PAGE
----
A few days ago I was reading a great post from Dean Wesley Smith, called Killing A Career. He ran through all the factors writers worry about when they worry about their writing careers. Bad sales, poor marketing, misbehavior in public places, and so on. In the end, though, the only way to kill a writing career is for the writer to stop writing.
You’d be surprised how often it happens. When I first became serious about my writing, I joined a statewide writing organization. At first I only attended the local critique sessions, which were wonderfully helpful and I’ll be forever grateful to have found the group. But as time went on, I found myself being asked to help with the administration of the organization at the state level. I was soon elected to serve on the board. I was honored – they wanted me to represent them! They wanted me to help plan the yearly conference! I must be something special! I went to the meetings as often as I could, and submerged myself in plans and letters and phone calls on behalf of the organization. But along the way, I realized that while I was slamming out some terrific newsletters and running decent open mike events, I hadn’t written a word of my own. It had been weeks since I brought original pages of my own to the local critique session, and people were starting to ask me what was happening. My creative energy had all been targeted to the administrative work instead of my own stories. I turned in my resignation from the board that same week.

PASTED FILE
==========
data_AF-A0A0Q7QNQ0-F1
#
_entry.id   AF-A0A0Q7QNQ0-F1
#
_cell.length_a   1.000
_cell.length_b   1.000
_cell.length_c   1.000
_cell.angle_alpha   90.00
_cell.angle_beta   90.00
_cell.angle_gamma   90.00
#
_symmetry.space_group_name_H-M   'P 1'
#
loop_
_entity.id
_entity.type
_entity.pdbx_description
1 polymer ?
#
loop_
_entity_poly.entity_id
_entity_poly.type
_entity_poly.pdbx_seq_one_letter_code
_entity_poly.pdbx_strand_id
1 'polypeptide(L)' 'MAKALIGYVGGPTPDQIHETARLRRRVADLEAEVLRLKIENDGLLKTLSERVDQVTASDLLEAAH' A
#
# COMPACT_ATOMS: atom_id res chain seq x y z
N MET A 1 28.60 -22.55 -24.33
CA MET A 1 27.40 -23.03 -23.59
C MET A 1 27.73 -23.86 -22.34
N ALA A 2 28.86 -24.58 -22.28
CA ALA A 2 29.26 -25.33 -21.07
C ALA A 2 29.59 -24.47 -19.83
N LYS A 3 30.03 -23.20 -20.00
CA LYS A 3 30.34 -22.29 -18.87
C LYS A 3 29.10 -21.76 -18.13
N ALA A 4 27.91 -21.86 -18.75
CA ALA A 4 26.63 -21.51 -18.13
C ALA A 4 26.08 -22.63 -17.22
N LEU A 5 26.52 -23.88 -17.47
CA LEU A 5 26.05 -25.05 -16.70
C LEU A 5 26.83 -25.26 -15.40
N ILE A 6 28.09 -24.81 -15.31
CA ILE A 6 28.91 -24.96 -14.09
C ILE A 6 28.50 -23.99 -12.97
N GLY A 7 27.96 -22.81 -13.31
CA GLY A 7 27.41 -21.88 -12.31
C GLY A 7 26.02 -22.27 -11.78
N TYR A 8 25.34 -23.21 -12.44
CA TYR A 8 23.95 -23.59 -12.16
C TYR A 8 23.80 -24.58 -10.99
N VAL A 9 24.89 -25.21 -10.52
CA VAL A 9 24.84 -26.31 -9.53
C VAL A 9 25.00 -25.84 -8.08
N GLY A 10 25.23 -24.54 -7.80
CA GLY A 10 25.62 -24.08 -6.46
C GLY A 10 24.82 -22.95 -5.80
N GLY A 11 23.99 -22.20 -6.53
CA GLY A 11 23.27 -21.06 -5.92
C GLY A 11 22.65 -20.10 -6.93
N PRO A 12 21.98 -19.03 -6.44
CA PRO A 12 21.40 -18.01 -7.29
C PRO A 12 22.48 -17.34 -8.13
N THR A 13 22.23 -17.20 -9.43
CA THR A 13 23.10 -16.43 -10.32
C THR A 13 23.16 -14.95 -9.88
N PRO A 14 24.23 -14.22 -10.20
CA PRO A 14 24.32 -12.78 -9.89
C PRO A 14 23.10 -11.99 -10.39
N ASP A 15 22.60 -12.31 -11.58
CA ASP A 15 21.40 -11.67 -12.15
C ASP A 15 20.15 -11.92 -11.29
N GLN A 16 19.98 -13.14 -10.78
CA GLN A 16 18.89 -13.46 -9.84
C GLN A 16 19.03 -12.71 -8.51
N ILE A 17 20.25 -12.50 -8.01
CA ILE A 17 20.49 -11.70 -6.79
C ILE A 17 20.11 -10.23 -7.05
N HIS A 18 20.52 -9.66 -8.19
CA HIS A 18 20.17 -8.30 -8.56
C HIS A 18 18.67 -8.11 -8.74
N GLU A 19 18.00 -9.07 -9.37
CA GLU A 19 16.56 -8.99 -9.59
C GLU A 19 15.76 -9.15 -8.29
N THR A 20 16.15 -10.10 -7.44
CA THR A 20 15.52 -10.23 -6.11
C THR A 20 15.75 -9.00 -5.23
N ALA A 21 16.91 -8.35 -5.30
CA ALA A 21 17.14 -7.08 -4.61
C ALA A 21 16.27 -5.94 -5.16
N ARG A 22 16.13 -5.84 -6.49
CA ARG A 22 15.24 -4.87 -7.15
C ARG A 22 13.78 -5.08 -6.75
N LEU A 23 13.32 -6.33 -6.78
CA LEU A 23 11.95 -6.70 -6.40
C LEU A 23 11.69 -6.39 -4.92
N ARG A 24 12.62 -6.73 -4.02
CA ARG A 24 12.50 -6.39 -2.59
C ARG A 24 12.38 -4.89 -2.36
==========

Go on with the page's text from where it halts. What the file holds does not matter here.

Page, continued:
This is not to say that you shouldn’t participate in such activities. They’re fun, and serve a necessary purpose. There’d be no cons for us to attend if there was no one planning them, and that would be a heartbreak indeed. But you can’t let the writing slip away. In the end, the reason we writers go to cons and attend workshops is to further our own writing skills and to connect with like-minded souls. If we stop writing, there won’t be any reason left.
I got some good bad news a few days ago. My editor wants a massive revision of Kestrel’s Dance before she can make an offer on it. It’s good news because at least she wants it revised and wants to see it. It’s bad news because I’d let that story go, and was deeply involved with a new set of characters. I’ll be honest, folks – when the email came, I sat down and cried like the big baby I am. How could I possibly do this? Would it even be worth it? What if I just quit? Who would care if I never released another book? It’d certainly be easier to stop killing myself trying to create something amazing every day and just go work at the library, where I don’t have to think that hard. Sometimes being a creative is the hardest kind of life I can imagine. We’re utterly at the mercy of other people liking what we offer. We try and try to make our work stupendous, but we never know, when we send it away, what the next step might be.
I let myself grieve a few days, but now I’m pulling on my bootstraps and getting to work. I really did consider giving up. But I can’t. For me to quit writing wouldn’t just be me killing a career – it’s killing a piece of my soul. So I’m going to lock the door and ignore the phone and revise this book. Because in the end it’s all about the words I put on the paper. No one can kill my career but me, and I’ll be damned if I let myself get out that easily.
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